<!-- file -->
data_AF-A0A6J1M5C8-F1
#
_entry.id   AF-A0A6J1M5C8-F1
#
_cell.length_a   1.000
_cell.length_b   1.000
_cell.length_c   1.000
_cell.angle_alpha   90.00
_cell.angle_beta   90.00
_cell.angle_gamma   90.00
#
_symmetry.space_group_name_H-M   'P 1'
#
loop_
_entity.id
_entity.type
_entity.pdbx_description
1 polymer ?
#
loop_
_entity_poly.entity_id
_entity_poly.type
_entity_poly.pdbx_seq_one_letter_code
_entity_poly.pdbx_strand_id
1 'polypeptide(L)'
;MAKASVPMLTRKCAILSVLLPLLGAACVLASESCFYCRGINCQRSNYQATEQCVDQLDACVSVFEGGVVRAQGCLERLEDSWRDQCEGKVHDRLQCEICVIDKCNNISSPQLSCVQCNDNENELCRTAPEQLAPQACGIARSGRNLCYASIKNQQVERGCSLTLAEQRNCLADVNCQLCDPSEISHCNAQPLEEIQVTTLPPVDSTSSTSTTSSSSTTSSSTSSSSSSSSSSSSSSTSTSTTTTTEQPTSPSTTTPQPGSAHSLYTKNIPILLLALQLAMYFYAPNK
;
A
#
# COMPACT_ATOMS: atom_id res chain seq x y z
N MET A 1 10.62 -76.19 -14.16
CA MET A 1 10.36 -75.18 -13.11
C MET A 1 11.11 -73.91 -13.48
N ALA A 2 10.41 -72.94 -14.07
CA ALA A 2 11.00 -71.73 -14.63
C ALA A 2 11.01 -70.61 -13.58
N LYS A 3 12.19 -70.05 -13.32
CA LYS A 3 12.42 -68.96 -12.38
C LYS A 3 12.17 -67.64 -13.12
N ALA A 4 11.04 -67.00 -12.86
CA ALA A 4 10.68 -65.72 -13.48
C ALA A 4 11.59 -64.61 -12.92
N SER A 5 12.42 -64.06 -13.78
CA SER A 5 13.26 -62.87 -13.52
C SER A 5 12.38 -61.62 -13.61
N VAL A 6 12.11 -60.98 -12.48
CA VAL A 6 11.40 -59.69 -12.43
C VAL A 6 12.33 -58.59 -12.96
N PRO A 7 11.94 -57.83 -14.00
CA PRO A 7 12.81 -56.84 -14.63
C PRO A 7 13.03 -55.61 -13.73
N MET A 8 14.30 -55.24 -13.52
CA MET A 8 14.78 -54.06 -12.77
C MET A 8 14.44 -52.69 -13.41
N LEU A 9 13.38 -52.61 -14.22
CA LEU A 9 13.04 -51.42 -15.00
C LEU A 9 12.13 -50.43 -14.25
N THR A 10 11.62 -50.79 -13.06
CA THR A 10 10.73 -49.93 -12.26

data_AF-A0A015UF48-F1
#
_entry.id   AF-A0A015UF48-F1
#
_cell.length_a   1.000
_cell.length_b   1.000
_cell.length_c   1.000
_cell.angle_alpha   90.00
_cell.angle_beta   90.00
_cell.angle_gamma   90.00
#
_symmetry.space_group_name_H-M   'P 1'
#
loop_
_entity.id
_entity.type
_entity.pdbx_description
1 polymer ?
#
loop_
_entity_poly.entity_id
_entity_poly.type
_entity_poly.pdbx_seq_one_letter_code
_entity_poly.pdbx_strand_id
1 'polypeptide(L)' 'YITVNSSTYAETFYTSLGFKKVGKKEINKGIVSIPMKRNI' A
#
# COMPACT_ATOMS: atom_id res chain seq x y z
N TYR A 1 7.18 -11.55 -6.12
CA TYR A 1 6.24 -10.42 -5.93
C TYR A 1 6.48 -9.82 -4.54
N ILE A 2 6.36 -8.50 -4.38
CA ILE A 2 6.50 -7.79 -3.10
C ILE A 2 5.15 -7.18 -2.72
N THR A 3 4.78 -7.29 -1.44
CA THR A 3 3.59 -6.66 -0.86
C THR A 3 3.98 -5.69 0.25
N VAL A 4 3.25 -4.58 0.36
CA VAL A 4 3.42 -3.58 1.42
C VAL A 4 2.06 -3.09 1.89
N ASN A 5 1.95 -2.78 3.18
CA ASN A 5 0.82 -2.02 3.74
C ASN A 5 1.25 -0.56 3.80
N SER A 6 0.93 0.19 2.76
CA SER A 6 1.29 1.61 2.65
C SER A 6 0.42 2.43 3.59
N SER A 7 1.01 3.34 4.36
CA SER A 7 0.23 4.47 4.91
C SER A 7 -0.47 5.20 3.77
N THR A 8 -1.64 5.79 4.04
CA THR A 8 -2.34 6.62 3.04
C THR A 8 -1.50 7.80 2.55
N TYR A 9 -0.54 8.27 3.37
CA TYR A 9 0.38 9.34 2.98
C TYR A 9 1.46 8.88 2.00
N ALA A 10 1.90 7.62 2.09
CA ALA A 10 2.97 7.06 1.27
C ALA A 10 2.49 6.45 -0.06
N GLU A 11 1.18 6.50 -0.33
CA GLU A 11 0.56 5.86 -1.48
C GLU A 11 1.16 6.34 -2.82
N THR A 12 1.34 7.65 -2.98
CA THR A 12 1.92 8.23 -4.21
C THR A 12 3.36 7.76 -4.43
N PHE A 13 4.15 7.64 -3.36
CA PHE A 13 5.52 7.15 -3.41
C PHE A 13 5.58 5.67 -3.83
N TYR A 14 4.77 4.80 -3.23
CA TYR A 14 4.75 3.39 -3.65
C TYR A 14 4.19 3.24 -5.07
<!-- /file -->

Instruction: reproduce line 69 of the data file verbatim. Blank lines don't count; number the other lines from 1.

_cell.angle_gamma   90.00